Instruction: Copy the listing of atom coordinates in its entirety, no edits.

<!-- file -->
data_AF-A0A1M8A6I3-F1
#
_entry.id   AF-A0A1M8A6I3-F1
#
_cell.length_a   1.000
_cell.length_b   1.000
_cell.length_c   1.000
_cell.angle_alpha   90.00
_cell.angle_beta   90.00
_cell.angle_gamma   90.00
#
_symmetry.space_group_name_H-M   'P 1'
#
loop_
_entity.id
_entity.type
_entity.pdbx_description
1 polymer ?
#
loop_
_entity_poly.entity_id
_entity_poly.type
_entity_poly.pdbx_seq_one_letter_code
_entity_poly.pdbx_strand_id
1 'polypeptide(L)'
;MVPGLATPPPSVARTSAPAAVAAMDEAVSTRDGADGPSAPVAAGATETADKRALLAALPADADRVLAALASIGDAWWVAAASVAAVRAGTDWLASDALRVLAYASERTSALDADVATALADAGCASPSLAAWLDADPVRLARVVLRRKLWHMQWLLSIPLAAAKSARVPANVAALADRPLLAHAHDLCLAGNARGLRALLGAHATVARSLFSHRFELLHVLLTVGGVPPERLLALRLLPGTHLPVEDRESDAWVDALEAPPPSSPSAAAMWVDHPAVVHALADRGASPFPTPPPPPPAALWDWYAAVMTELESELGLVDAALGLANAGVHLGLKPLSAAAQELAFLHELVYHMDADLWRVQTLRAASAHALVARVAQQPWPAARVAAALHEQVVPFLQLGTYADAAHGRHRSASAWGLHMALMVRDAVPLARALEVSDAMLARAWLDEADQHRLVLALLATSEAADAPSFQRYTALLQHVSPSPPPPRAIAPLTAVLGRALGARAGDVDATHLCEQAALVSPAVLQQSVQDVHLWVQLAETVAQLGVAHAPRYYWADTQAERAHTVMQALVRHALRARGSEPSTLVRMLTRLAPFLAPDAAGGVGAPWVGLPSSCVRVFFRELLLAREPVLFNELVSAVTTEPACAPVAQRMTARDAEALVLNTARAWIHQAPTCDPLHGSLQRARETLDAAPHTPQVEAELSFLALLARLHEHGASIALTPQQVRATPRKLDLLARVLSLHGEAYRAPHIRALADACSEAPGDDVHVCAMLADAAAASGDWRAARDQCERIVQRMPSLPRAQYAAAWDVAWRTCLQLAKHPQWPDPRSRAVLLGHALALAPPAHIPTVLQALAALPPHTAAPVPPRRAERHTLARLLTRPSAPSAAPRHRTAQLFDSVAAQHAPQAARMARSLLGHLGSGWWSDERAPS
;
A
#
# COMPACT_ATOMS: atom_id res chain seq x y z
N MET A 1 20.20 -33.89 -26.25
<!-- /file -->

data_AF-A0A1M8A6I3-F1
#
_entry.id   AF-A0A1M8A6I3-F1
#
_cell.length_a   1.000
_cell.length_b   1.000
_cell.length_c   1.000
_cell.angle_alpha   90.00
_cell.angle_beta   90.00
_cell.angle_gamma   90.00
#
_symmetry.space_group_name_H-M   'P 1'
#
loop_
_entity.id
_entity.type
_entity.pdbx_description
1 polymer ?
#
loop_
_entity_poly.entity_id
_entity_poly.type
_entity_poly.pdbx_seq_one_letter_code
_entity_poly.pdbx_strand_id
1 'polypeptide(L)'
;MVPGLATPPPSVARTSAPAAVAAMDEAVSTRDGADGPSAPVAAGATETADKRALLAALPADADRVLAALASIGDAWWVAAASVAAVRAGTDWLASDALRVLAYASERTSALDADVATALADAGCASPSLAAWLDADPVRLARVVLRRKLWHMQWLLSIPLAAAKSARVPANVAALADRPLLAHAHDLCLAGNARGLRALLGAHATVARSLFSHRFELLHVLLTVGGVPPERLLALRLLPGTHLPVEDRESDAWVDALEAPPPSSPSAAAMWVDHPAVVHALADRGASPFPTPPPPPPAALWDWYAAVMTELESELGLVDAALGLANAGVHLGLKPLSAAAQELAFLHELVYHMDADLWRVQTLRAASAHALVARVAQQPWPAARVAAALHEQVVPFLQLGTYADAAHGRHRSASAWGLHMALMVRDAVPLARALEVSDAMLARAWLDEADQHRLVLALLATSEAADAPSFQRYTALLQHVSPSPPPPRAIAPLTAVLGRALGARAGDVDATHLCEQAALVSPAVLQQSVQDVHLWVQLAETVAQLGVAHAPRYYWADTQAERAHTVMQALVRHALRARGSEPSTLVRMLTRLAPFLAPDAAGGVGAPWVGLPSSCVRVFFRELLLAREPVLFNELVSAVTTEPACAPVAQRMTARDAEALVLNTARAWIHQAPTCDPLHGSLQRARETLDAAPHTPQVEAELSFLALLARLHEHGASIALTPQQVRATPRKLDLLARVLSLHGEAYRAPHIRALADACSEAPGDDVHVCAMLADAAAASGDWRAARDQCERIVQRMPSLPRAQYAAAWDVAWRTCLQLAKHPQWPDPRSRAVLLGHALALAPPAHIPTVLQALAALPPHTAAPVPPRRAERHTLARLLTRPSAPSAAPRHRTAQLFDSVAAQHAPQAARMARSLLGHLGSGWWSDERAPS
;
A
#
# COMPACT_ATOMS: atom_id res chain seq x y z
N MET A 1 20.20 -33.89 -26.25